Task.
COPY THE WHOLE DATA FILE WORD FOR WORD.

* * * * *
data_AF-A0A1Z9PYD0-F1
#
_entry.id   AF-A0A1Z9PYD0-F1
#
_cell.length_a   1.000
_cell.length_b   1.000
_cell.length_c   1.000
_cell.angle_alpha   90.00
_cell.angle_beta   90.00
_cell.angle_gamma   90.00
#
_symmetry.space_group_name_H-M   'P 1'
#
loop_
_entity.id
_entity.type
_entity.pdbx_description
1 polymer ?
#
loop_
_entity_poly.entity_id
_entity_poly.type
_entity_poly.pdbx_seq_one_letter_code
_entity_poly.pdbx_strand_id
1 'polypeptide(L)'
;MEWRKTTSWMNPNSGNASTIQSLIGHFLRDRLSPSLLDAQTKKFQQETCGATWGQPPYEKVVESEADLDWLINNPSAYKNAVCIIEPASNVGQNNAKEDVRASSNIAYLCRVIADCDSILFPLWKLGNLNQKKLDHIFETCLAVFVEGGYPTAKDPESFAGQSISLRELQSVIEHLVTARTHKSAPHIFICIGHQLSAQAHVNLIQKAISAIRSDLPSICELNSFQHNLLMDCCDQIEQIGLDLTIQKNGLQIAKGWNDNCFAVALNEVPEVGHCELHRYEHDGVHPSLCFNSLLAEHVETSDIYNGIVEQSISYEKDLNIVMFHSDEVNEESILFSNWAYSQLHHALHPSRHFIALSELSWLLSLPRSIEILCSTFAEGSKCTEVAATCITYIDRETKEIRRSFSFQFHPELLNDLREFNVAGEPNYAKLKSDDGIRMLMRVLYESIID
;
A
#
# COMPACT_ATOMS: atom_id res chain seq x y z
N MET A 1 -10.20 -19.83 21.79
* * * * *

data_AF-A0A1Z9PYD0-F1
#
_entry.id   AF-A0A1Z9PYD0-F1
#
_cell.length_a   1.000
_cell.length_b   1.000
_cell.length_c   1.000
_cell.angle_alpha   90.00
_cell.angle_beta   90.00
_cell.angle_gamma   90.00
#
_symmetry.space_group_name_H-M   'P 1'
#
loop_
_entity.id
_entity.type
_entity.pdbx_description
1 polymer ?
#
loop_
_entity_poly.entity_id
_entity_poly.type
_entity_poly.pdbx_seq_one_letter_code
_entity_poly.pdbx_strand_id
1 'polypeptide(L)'
;MEWRKTTSWMNPNSGNASTIQSLIGHFLRDRLSPSLLDAQTKKFQQETCGATWGQPPYEKVVESEADLDWLINNPSAYKNAVCIIEPASNVGQNNAKEDVRASSNIAYLCRVIADCDSILFPLWKLGNLNQKKLDHIFETCLAVFVEGGYPTAKDPESFAGQSISLRELQSVIEHLVTARTHKSAPHIFICIGHQLSAQAHVNLIQKAISAIRSDLPSICELNSFQHNLLMDCCDQIEQIGLDLTIQKNGLQIAKGWNDNCFAVALNEVPEVGHCELHRYEHDGVHPSLCFNSLLAEHVETSDIYNGIVEQSISYEKDLNIVMFHSDEVNEESILFSNWAYSQLHHALHPSRHFIALSELSWLLSLPRSIEILCSTFAEGSKCTEVAATCITYIDRETKEIRRSFSFQFHPELLNDLREFNVAGEPNYAKLKSDDGIRMLMRVLYESIID
;
A
#
# COMPACT_ATOMS: atom_id res chain seq x y z
N MET A 1 -10.20 -19.83 21.79